Stormy weather

  • Stormy weather
    15.04.2011 11:36

    It has been a stormy start to the United States 2011 ‘tornado season’, which typically begins in April and runs through to July.

    A severe squall line and associated thunderstorms moved eastwards across south-eastern states on the 4th April, tearing through the Mississippi Valley, the Appalachians and the Ohio Valley right through to the Atlantic coast.

    NOAA’s Storm Prediction Centre reported more than 20 tornadoes along with strong winds and large hail, all of which combined to destroy homes and other buildings, uproot trees and bring down power lines across large tracks of land. The storms caused numerous injuries and several fatalities.

    The next few days were much calmer with high pressure dominating. However, this was not to last. A few storms broke out on the 8th, then on Saturday the 9th a northward surge of warm, moist air brought tornadoes as far north as Iowa, with a second line of storms and tornadoes in Kentucky which ran south-eastwards through the Appalachians to South Carolina.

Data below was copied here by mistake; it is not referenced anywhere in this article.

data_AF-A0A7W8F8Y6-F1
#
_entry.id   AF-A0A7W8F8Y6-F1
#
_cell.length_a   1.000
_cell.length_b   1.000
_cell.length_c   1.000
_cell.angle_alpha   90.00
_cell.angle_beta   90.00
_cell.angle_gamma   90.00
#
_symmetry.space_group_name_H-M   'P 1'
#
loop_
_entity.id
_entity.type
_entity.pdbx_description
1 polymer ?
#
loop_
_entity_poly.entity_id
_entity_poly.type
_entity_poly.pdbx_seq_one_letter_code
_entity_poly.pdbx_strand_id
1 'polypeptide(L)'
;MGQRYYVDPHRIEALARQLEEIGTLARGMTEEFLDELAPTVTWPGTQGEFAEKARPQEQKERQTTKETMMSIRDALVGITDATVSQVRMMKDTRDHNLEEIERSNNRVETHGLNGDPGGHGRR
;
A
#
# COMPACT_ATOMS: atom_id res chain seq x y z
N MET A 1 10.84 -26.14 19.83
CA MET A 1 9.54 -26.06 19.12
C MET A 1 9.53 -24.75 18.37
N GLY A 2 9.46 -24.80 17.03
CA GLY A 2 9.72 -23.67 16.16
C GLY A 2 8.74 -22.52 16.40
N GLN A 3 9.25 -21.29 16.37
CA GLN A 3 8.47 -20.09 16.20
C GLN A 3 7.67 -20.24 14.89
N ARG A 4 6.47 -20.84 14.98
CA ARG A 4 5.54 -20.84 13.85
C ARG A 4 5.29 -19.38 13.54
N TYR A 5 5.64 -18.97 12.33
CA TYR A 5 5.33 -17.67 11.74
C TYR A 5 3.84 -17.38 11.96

There was no respite on Sunday either, when a cold front moving eastwards brought a slew of thunderstorms, along with strong winds, large hail and tornadoes, from Texas north-eastwards up through the Mississippi Valley to the Upper Midwest.

    The US National Weather Service has confirmed that ten tornadoes touched down in Wisconsin on Sunday 10th April. This is a tie for the biggest April tornado outbreak in the state's history, which last occurred on April 27th, 1984.

    The storms eased on Monday with strong winds but no tornadoes reported. The following days were also more settled. However, the risk returns for Friday the 15th April, when there is a threat of severe thunderstorms and associated tornadoes through portions of the southern and central Great Plains and the Mississippi Valley. This risk moves east on Saturday 16th to encompass eastern parts of the Mississippi Valley and the Appalachians.

    By: Victoria Kettley